Several years later I read about her again in the newspaper.  This time it was sad and shocking.  The Bug Lady had contracted Alzheimer’s.  Understanding the disease as I do now, it must have been a rapid decline for her because she was still very physically active and when she walked, some of her friends stated, she walked very fast.  Somehow, she had left her home and disappeared.   My friend and I went to visit with her grief-stricken husband to see if there was any way we could help.  Teary-eyed he could only relate what he knew.  She was gone.  There was a short blurb about her disappearance on TV news and a few continuing articles in the paper, but there was never a hint to her whereabouts – missing without a trace.  What could possibly be worse than having Alzheimer’s?  Having AD and disappearing never to be seen again.

During the past seven-plus years I have been thankful that Ken didn’t wander, but just because wandering wasn’t part of his habits didn’t mean that he might not scurry off if given the opportunity – not so much an opportunity – but a reason.  One night, a few years ago he had both.  After dinner with our friend Jayne, he and I headed for our car.  It was very dark, but Jayne followed us out to say goodnight.  I opened the car door and climbed into the driver’s seat, and then reached across to unlock the other door so Ken could get in.  Jayne and I talked for a few moments and when I turned to see if Ken was settled in, I was stunned to see he wasn’t there.  Leaping out of the car I looked up and down the driveway.  He was gone.  Apparently, with my quick disappearance into the car in the surrounding darkness, he must have forgotten where he was and, I suppose, began looking for me.  Glancing around I could see him walking quickly down the sidewalk as if he had some place urgent to go.  Already a good 200 feet away he was headed in the direction of a main thoroughfare with bright lights and activity.   I ran after him calling his name.  Still, he didn’t stop.  Instead he seemed to pick up speed hurrying toward the intersection.  Reaching him I grabbed his sleeve commanding loudly, “Ken, stop!”  “What?” he questioned in return, looking at me in surprise.  “Come back and get into the car so we can go home,” I prompted.  He asked where the car was as I turned him around so we could walk in the right direction.  Grumbling and complaining he came with me as I ushered him into the passenger seat making sure the seat belt was buckled.  “Goodnight, Jayne,” I called.  She waved and went into the house.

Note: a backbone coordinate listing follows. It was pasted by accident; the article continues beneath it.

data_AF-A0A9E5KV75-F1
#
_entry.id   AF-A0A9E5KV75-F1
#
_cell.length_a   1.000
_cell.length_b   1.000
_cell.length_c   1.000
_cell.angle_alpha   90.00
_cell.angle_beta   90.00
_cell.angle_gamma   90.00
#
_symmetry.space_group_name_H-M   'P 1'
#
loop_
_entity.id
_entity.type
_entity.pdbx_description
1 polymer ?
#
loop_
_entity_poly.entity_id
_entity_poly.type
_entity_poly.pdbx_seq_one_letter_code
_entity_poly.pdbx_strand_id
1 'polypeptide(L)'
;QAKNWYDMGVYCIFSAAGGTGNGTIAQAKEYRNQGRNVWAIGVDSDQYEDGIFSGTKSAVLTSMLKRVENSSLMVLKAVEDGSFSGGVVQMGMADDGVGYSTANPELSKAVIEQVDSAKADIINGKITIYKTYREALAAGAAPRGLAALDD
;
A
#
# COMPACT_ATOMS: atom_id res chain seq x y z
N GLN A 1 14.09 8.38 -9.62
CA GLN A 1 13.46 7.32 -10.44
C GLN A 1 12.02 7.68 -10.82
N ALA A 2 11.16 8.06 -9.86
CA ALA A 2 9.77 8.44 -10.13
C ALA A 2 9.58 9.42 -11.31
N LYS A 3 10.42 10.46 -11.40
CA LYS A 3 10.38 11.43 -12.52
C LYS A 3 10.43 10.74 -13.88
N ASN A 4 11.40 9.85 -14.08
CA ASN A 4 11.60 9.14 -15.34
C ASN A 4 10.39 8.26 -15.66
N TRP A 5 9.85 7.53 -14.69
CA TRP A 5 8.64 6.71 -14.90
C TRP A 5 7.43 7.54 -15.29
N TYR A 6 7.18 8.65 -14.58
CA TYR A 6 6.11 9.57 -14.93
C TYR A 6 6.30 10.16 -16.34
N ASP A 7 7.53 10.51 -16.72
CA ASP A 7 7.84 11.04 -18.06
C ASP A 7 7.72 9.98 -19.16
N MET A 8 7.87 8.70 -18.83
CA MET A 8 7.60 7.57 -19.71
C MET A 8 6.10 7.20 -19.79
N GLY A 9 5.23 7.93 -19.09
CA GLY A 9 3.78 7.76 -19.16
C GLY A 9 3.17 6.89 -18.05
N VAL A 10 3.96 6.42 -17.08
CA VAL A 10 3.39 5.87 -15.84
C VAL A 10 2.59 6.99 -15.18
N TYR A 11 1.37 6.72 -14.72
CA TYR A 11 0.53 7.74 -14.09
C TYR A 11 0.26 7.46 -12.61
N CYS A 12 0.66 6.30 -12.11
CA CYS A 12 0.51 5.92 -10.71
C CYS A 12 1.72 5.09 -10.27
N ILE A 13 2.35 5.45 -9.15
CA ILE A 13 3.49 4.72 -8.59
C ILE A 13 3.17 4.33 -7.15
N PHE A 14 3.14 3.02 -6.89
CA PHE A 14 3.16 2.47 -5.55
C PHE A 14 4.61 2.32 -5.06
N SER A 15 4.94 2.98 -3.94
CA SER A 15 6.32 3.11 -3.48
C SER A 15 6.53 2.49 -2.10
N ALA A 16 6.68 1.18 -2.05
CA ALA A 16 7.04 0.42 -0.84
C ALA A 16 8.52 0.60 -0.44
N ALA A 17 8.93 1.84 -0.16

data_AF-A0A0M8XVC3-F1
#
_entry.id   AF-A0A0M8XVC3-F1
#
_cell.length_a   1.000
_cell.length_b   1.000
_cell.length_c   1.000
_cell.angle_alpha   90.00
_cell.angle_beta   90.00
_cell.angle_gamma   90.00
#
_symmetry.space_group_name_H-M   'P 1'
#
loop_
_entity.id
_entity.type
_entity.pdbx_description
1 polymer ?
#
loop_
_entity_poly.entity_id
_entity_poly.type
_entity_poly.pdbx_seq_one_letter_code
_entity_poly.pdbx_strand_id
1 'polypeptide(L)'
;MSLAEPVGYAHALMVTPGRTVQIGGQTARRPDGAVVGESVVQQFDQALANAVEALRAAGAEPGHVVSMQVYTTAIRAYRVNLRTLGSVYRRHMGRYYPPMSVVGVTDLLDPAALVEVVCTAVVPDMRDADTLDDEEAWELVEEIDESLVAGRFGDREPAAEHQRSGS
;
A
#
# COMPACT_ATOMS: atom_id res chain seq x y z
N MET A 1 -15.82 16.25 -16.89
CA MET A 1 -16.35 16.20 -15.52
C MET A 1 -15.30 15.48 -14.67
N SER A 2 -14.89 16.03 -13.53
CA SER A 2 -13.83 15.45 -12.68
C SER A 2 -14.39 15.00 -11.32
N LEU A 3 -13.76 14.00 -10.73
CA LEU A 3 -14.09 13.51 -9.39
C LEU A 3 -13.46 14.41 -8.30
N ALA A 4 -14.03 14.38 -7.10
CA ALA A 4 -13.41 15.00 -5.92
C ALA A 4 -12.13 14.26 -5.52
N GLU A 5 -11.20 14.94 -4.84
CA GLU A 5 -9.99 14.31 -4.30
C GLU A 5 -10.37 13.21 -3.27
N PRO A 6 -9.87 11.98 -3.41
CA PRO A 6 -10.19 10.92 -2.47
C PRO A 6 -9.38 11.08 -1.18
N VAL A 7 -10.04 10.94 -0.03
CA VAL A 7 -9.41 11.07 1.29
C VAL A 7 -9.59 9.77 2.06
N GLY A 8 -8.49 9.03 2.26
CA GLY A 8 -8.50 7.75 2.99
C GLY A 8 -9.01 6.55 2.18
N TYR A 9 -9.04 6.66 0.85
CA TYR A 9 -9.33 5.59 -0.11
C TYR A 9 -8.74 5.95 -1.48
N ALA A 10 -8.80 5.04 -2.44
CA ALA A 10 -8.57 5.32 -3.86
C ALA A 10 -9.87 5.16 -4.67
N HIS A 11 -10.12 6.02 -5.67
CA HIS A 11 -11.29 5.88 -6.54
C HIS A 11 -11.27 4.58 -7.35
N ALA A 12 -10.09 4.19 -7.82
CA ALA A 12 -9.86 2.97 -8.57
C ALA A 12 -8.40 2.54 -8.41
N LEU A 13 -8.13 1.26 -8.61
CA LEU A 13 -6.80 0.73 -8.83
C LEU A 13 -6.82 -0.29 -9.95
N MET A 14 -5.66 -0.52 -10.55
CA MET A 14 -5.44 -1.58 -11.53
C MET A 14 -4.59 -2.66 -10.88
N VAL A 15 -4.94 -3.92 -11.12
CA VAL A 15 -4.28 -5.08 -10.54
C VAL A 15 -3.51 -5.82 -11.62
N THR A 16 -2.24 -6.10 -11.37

The experience had been a bit disconcerting, but because I could see him I didn’t panic, and he had a distance to go before he came to the intersection so there was no immediate danger.  The incident, though, taught me a good lesson: make sure he gets into the car, especially realizing how quickly he could have vanished into the dark night.